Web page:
FEATURES
By J. D. Considine and J. D. Considine,Sun Pop Music Critic | April 13, 1994
If you've spent any time in the past few months listening to rock radio or watching MTV, odds are you're familiar with the refrain. "Soy un perdidor," sings a ragged male voice as a bottle-neck guitar whines over a funky drum loop. "I'm a loser baby/So why don't you kill me?"It's called "Loser," and its success has surprised no one more than the man who sings it."I thought that maybe the song would do well," says Beck, a 23-year-old former street musician. "We took so long in getting the song out that I thought its time had probably passed.
NEWS
By Dick George | April 15, 1994
IT'S been a year since my near-death computer experience. In that time I've grown as a human being. Sunsets are more beautiful. I notice stars. I'm nicer to dogs.Like many Americans, I use a computer software program to do my income taxes. Last April 14 around 11 p.m. I was finally finished after weeks of work. I felt a little relieved.I had to send in some money, but at least it was done. All I had to do was print it out.Then I noticed a "Final Review" command. The program would check the return for inconsistencies and offer tax-saving ideas.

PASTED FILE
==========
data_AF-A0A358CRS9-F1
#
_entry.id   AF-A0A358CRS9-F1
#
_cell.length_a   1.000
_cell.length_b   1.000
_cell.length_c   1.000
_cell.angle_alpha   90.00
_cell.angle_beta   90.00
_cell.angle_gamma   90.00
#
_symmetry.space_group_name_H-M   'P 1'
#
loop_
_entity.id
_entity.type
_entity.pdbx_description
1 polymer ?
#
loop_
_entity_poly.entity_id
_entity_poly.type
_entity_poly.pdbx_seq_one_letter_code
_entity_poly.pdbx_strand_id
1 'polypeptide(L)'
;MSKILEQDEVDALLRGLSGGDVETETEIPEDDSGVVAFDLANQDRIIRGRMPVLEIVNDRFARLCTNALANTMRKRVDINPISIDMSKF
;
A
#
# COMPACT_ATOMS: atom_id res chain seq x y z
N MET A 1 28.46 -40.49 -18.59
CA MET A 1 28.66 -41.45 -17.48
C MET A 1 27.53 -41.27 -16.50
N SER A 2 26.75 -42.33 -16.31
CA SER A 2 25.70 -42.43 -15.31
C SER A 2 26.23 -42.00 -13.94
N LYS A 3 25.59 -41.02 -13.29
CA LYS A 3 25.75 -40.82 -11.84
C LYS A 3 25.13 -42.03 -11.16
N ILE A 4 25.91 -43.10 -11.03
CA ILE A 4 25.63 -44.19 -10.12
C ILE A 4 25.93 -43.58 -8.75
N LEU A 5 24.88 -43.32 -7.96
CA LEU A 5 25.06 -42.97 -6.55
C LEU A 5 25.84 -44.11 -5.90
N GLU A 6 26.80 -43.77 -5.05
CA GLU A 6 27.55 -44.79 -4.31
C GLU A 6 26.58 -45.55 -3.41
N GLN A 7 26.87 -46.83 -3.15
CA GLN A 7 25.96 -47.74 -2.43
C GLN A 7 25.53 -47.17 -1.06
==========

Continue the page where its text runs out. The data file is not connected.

SPORTS
By Roch Eric Kubatko and Roch Eric Kubatko,SUN STAFF | September 30, 1996
One thought popped into Donny Brady's head as he was about to be introduced to the Memorial Stadium crowd before yesterday's game against the New Orleans Saints: It finally happened.Thirteen months after being released by the Cleveland Browns, and 11 months after being waived out of the Canadian Football League, Brady stood on the threshold of his first start in the NFL. He would be the Ravens' right cornerback, having unseated third-year veteran Issac Booth. This would be his opportunity.
ENTERTAINMENT
By J.D. Considine and J.D. Considine,SUN POP MUSIC CRITIC | March 6, 1997
It's never a good idea to base your expectations on what you see in a music video. Just ask Donna Lewis, who remembers being very much surprised to learn that, in real life, Sting was nowhere near as big as her TV made him seem."